I got this question, or something like it, while presenting the example game theory solution in my mathematical poker talk. The solution to that game is that player X will check-call with hands worse than 4/9, check-raise with hands better than 8/9, and bet the hands in between. If X bets, Y will raise with 2/3 or better and call otherwise. If X checks, Y will bet with 1/3 or better and check otherwise.
This is one of the games in The Mathematics of Poker, except, as with all the [0,1] games in that book, Chen and Ankenman define lower hands to be better, so 0 is the best hand and 1 is the worst. Also, there is a typo in one of the indifference charts for this game, but it does not affect the resultant indifference equation.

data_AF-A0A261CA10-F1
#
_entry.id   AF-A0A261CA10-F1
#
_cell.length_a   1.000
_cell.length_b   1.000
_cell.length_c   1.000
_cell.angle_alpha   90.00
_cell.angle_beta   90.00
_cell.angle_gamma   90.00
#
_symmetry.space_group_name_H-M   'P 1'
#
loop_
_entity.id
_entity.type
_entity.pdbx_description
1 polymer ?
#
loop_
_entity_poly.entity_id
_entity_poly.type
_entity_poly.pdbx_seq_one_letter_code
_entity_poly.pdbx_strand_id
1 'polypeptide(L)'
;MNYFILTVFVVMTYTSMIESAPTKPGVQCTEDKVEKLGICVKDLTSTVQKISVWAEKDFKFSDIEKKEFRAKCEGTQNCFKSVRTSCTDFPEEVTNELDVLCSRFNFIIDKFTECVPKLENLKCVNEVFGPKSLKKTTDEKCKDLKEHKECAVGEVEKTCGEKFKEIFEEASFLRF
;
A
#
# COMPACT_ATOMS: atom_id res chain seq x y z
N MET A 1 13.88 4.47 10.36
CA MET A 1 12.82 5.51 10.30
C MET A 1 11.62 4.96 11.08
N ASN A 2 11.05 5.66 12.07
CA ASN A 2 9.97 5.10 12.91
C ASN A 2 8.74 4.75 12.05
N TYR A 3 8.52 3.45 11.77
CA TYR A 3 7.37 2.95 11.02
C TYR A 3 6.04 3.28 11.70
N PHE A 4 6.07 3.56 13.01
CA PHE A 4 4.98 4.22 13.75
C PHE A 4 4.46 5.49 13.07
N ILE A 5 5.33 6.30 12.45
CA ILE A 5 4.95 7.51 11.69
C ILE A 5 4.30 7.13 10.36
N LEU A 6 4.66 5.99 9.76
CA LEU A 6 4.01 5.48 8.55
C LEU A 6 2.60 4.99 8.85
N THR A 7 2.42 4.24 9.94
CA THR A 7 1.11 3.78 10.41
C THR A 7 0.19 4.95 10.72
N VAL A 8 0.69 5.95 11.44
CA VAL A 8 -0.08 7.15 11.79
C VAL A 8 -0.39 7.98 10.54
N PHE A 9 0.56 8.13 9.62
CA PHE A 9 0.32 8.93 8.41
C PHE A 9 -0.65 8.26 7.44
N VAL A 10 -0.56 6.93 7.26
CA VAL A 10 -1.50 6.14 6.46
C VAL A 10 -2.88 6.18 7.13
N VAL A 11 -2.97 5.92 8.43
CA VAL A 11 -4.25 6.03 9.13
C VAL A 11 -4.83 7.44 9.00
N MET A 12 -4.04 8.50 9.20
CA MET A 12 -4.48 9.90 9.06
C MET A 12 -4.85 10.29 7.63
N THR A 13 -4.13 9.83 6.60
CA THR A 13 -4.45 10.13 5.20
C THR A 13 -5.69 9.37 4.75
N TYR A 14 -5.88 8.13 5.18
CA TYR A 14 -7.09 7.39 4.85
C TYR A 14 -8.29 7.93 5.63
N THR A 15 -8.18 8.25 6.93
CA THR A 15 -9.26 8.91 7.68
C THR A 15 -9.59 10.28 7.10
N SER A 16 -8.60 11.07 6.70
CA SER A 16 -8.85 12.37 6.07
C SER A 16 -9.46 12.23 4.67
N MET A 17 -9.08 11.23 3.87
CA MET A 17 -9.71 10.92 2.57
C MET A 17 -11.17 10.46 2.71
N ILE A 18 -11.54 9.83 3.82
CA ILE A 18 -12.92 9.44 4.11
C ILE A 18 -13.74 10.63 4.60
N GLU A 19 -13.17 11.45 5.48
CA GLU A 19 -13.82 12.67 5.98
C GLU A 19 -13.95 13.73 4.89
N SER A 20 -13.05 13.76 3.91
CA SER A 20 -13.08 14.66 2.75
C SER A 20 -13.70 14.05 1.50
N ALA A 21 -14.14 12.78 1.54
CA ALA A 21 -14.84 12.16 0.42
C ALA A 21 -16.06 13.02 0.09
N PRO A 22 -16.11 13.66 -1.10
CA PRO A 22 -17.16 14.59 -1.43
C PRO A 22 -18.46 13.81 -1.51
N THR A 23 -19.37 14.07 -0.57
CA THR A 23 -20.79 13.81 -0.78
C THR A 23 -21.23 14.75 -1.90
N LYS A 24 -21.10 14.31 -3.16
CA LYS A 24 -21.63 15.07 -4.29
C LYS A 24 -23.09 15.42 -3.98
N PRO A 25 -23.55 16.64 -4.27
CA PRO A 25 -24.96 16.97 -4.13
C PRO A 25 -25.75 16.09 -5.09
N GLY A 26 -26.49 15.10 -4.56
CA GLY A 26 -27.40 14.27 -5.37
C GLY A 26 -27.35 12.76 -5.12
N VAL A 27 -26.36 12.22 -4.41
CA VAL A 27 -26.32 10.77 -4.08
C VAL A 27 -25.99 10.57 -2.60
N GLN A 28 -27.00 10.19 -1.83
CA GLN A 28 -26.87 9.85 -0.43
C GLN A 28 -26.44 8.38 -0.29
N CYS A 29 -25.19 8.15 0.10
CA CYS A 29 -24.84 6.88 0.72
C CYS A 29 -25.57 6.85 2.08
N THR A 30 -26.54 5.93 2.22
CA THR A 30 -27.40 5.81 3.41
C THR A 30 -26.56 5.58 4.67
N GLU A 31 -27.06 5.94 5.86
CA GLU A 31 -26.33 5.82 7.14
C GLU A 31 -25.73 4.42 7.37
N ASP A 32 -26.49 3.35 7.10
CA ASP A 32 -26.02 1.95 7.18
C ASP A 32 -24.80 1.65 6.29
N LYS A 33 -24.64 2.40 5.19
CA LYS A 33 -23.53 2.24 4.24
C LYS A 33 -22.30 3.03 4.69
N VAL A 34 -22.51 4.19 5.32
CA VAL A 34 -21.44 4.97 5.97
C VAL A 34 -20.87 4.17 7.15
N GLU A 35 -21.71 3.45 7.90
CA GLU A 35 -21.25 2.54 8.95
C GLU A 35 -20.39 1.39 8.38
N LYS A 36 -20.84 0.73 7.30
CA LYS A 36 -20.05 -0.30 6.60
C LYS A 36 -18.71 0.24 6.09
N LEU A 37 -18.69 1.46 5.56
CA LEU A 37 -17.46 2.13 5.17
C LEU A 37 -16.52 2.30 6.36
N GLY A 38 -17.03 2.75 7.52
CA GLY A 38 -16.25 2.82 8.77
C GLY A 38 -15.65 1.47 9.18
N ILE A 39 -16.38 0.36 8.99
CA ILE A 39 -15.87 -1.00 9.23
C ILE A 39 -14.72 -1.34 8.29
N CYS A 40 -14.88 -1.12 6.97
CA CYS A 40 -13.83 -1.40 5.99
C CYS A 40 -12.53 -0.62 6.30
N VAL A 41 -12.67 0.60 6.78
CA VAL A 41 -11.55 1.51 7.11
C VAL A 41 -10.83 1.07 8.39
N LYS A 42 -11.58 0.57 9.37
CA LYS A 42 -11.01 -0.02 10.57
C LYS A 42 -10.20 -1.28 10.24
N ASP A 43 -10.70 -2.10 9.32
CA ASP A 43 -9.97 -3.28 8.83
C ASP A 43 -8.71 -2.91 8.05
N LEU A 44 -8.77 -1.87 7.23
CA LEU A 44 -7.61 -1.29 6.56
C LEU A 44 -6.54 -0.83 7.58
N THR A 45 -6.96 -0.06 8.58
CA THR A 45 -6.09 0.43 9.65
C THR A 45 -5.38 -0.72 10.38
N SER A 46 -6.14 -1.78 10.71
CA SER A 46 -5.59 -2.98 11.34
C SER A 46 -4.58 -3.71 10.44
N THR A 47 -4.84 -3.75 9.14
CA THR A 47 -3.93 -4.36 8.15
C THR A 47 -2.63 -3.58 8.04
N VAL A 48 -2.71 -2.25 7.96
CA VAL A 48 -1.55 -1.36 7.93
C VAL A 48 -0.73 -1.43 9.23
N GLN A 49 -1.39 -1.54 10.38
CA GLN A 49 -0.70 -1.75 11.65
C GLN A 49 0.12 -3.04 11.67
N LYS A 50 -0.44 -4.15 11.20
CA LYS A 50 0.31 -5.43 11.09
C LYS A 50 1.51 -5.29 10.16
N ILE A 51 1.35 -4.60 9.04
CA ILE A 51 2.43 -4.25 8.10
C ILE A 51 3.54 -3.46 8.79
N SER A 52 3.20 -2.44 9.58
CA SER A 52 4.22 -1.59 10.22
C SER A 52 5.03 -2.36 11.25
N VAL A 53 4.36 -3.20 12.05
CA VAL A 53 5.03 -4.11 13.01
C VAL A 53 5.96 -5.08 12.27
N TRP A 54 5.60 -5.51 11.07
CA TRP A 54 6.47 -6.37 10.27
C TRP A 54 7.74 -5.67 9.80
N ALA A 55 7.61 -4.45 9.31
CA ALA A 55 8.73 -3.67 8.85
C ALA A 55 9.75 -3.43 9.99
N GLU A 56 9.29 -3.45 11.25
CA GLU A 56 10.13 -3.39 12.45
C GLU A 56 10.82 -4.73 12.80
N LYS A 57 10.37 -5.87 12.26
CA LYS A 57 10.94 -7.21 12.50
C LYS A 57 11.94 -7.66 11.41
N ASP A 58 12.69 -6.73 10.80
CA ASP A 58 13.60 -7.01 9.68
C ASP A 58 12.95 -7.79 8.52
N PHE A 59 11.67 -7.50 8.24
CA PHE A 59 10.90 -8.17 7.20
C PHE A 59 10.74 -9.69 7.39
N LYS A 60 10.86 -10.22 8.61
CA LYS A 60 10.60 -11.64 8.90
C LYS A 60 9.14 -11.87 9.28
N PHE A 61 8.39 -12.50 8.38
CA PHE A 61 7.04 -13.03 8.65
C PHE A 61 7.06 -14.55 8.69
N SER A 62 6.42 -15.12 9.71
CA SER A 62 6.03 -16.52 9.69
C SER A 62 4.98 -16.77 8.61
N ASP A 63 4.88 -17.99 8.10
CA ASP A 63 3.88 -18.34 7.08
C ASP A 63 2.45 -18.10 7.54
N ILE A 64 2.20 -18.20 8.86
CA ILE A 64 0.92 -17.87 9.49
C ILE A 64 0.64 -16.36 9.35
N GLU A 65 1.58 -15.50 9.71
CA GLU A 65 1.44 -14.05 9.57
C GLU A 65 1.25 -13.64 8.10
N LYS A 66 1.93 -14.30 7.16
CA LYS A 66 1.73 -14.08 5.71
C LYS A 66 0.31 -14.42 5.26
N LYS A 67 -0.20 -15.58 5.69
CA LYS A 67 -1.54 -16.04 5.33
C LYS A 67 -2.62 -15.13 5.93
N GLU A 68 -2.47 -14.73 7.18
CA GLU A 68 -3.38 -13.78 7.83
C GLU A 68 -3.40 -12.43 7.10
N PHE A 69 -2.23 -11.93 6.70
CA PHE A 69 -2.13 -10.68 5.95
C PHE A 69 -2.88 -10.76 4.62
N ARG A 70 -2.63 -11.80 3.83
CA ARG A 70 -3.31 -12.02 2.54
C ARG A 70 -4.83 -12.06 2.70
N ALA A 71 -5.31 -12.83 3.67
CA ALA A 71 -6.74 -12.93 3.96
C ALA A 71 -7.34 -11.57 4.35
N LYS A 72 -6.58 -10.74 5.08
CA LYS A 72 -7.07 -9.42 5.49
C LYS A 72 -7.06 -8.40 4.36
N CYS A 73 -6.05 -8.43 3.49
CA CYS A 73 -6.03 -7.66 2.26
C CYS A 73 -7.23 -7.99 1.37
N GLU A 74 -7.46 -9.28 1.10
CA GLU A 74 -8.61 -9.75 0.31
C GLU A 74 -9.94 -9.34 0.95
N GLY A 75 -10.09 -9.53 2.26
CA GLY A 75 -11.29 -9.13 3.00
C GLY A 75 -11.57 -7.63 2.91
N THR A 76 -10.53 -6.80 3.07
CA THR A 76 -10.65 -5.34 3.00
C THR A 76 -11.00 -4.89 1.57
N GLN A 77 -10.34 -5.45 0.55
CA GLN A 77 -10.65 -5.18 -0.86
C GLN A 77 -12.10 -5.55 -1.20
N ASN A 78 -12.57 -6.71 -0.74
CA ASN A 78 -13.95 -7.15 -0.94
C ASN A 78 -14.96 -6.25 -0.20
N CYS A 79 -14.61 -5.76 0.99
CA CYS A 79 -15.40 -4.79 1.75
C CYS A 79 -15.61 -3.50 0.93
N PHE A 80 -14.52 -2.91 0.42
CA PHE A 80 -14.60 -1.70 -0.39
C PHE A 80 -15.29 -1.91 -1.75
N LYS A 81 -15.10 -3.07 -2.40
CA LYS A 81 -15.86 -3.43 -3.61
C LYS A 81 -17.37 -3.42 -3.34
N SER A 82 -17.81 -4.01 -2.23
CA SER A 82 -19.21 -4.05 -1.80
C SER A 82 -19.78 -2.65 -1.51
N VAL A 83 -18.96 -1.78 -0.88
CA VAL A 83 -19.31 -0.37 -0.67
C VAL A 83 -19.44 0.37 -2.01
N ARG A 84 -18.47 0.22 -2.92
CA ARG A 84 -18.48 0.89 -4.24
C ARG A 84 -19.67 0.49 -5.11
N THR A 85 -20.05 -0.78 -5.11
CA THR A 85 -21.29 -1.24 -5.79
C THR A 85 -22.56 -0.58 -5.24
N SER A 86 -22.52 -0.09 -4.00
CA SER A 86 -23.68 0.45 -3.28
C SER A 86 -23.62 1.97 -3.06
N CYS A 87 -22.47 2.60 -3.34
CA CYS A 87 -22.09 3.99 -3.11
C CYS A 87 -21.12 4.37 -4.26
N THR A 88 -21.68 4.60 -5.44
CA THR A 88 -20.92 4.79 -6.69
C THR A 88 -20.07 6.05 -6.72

The answer I gave during the talk was correct: yes, they do really play pure strategies here. I hadn't reached the point in the talk where I explain pure and mixed strategies, so I used this opportunity to introduce those concepts. A pure strategy would be if the players always play the same way given any particular hand. This is true everywhere except for the indifference points. As an example, I pointed out that in this game, if X held the hand 1/3, he always checks and then calls. An example of a mixed strategy would be if X sometimes check-called when holding 1/3 but sometimes chose another play (such as betting) when holding this hand.
That's what I said during the talk. Let me expand on it a bit.